(This is the November 2010 edition of Barrie Summy’s Book Review Club. For the complete list, click the icon at the end of this review.)
Trying to wrap your brain around the Nikki Heat Novel Concept is like Doc Brown trying to explain alternate universes to Marty McFly. “Naked Heat” is the second novel written by Richard Castle, the protagonist of the ABC television show “Castle.” On TV, Castle is played by Nathan Fillion, who photograph in on the back of the dust jacket of the new novel. In the show, Castle tags along with New York Police Detective Kate Beckett, using her as the inspiration for the character of Nikki Heat, the protagonist of the Nikki Heat novels.
Confused? You could be excused if you are, but there’s one thing that’s without question: the Nikki Heat novels, whoever wrote them, are good. Last year, I reviewed the first book, “Heat Wave,” for the November 2009 Book Review Club. How ironic that, nearly a year to the date, I am reviewing the second one.
If you caught the season premiere of this, the third season of “Castle,” then you’ll remember that Beckett and her team bust into the scene of a crime only to find Richard Castle himself there, looking rather guilty. In “Naked Heat,” there’s a similar thread. It’s October in the novel. The magazine article Jameson Rook (i.e., Castle’s stand-in) wrote about Nikki Heat (Beckett’s stand-in) has hit the stands, but Rook is nowhere to be found. What complicates this relationship is that Rook and Heat had a romance in the first book. Heat broke it off, but you can tell that she’s still got feelings for him.
Heat and her two lead detective helpers, Raily and Ochoa, (AKA “Roach”) are looking into the death of an apparent homeless person, dubbed Coyote Man, when they get a second call. Upon entering the apartment, the discover a dead body, stabbed in the back, slumped at her desk. They hear a sound from the kitchen and, bursting in, guns drawn, find Jameson Rook. The dead body is Cassidy Towne, gossip columnist for the New York Ledger. Rook, it turns out, was doing a feature on Towne as a follow-up to his successful piece on Heat, but “without the sex” he assures Nikki.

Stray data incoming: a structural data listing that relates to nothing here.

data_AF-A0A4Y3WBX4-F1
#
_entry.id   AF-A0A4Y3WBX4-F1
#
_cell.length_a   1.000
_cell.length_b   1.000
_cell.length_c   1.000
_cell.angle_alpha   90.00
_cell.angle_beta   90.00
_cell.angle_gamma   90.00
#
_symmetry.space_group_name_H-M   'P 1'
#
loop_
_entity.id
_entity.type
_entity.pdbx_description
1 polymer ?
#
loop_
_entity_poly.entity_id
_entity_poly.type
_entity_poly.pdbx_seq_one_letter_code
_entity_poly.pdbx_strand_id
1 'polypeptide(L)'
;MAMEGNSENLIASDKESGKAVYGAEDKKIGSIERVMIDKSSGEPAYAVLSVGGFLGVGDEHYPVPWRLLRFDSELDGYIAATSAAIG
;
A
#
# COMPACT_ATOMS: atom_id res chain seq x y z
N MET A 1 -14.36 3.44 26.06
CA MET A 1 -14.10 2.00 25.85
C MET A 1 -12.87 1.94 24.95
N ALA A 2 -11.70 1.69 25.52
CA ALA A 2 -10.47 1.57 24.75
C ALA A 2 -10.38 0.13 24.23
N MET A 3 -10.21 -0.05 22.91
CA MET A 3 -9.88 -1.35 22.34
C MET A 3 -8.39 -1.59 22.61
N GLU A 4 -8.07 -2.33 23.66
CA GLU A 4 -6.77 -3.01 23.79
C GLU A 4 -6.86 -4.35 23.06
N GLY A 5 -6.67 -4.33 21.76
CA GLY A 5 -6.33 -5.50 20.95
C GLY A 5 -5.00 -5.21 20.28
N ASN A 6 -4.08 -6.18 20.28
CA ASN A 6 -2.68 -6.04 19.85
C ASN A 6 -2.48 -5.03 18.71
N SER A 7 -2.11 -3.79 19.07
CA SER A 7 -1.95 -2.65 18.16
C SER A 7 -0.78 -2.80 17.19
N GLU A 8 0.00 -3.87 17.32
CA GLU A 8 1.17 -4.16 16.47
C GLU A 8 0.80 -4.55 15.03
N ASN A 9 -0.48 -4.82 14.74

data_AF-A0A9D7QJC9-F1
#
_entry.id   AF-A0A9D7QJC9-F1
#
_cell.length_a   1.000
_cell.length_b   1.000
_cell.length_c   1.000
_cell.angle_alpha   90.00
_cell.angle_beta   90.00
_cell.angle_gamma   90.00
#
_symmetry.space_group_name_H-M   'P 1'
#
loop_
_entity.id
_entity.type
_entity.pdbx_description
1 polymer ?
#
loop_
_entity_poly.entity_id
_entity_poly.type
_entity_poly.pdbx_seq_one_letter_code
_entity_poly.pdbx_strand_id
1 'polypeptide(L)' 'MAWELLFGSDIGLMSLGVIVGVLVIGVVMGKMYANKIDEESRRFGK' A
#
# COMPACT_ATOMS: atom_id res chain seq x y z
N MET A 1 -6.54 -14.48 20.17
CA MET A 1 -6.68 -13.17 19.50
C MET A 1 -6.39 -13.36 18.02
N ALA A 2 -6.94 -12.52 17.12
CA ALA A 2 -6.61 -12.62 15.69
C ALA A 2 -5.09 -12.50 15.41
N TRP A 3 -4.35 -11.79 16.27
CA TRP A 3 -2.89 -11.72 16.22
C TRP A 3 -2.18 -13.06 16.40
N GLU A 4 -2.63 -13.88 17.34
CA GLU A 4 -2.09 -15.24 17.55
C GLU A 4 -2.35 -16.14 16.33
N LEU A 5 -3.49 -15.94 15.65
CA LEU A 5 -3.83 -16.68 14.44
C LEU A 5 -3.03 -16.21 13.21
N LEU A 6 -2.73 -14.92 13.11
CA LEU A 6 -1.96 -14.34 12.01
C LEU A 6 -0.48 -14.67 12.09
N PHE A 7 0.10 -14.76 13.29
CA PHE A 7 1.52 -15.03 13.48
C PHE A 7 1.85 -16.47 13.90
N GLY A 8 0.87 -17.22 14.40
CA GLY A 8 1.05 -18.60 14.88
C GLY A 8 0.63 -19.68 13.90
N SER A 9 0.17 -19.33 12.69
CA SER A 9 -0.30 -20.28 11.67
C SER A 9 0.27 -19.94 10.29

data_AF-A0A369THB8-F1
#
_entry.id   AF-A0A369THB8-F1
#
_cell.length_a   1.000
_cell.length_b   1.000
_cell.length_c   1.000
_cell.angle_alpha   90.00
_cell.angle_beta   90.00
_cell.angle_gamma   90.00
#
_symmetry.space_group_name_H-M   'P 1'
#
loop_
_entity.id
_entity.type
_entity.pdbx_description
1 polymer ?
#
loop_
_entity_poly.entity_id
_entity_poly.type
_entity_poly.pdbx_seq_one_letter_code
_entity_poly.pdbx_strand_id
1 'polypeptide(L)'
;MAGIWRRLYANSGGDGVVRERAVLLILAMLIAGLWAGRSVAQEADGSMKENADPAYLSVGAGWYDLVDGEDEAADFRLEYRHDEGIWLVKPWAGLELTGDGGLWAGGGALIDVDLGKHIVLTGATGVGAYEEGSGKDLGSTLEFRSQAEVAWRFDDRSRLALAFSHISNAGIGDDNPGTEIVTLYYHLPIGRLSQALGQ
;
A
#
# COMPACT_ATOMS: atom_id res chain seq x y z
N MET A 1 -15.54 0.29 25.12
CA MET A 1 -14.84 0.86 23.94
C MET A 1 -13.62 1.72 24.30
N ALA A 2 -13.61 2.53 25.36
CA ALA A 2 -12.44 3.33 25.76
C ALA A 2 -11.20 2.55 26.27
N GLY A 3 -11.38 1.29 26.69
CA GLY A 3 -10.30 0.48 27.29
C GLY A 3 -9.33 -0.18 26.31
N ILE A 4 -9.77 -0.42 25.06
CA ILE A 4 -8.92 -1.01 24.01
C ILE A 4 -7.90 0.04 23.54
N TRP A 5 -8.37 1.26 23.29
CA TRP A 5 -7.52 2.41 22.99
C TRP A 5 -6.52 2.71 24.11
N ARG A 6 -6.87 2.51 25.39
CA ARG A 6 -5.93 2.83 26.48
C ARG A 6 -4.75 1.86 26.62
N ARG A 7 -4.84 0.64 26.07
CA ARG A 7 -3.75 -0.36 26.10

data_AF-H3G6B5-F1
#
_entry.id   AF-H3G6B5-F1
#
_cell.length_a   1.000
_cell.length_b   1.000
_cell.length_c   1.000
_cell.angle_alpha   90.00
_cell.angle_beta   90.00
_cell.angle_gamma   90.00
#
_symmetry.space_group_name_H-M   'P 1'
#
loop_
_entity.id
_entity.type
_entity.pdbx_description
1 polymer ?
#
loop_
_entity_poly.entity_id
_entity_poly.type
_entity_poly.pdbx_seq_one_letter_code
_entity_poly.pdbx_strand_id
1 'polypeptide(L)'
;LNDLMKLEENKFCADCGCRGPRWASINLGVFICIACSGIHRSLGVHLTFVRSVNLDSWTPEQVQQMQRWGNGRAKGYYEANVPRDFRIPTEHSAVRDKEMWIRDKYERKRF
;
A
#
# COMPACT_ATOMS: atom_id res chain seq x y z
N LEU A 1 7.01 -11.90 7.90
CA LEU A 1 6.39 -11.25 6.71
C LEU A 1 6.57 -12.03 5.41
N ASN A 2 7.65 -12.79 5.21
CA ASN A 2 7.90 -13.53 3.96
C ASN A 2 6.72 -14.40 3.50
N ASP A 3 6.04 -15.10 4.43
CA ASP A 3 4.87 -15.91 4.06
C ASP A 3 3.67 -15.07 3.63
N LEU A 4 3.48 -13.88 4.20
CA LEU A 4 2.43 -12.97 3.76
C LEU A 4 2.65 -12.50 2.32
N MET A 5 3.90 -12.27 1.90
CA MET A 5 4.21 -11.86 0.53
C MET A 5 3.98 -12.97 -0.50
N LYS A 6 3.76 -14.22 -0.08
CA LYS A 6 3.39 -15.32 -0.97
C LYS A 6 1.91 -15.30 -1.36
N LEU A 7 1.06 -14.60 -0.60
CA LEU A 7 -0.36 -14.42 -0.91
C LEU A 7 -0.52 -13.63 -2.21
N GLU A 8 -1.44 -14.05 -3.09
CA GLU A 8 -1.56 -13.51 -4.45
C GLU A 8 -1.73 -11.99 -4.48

Thus, the team of Heat and Rook, like Beckett and Castle, are together again. And, all things considered, this book was pretty darn good. It has an effortless grace to it, a seamless string of good scenes and sparkling dialogue that is a pure joy. It’s easily better than “Heat Wave” despite the fact that I really enjoyed Heat #1. Like an episode of “Castle,” Naked Heat is not deep and thought provoking. It’s fun. And, more importantly, the “why” of the murders (as always, there are more than one) was cleverly hidden until the right moment.
“Castle” has been my favorite TV show since it started airing a couple of years ago. Just yesterday, I re-watched the pilot and was surprised at how well it holds up, what with all the ingredients of the “Castle” formula ready from the get-go. The Nikki Heat books are exactly the same way. The pieces are so well defined that you’d think they’ve been around for years. It is my sincere hope that two things happen. One, that ABC keeps paying the ghost writer to write new Nikki Heat books. And, two, that ABC never reveals the true writer. In this meta-fiction-within-fiction conceit, that’s one mystery that I don’t want solved.
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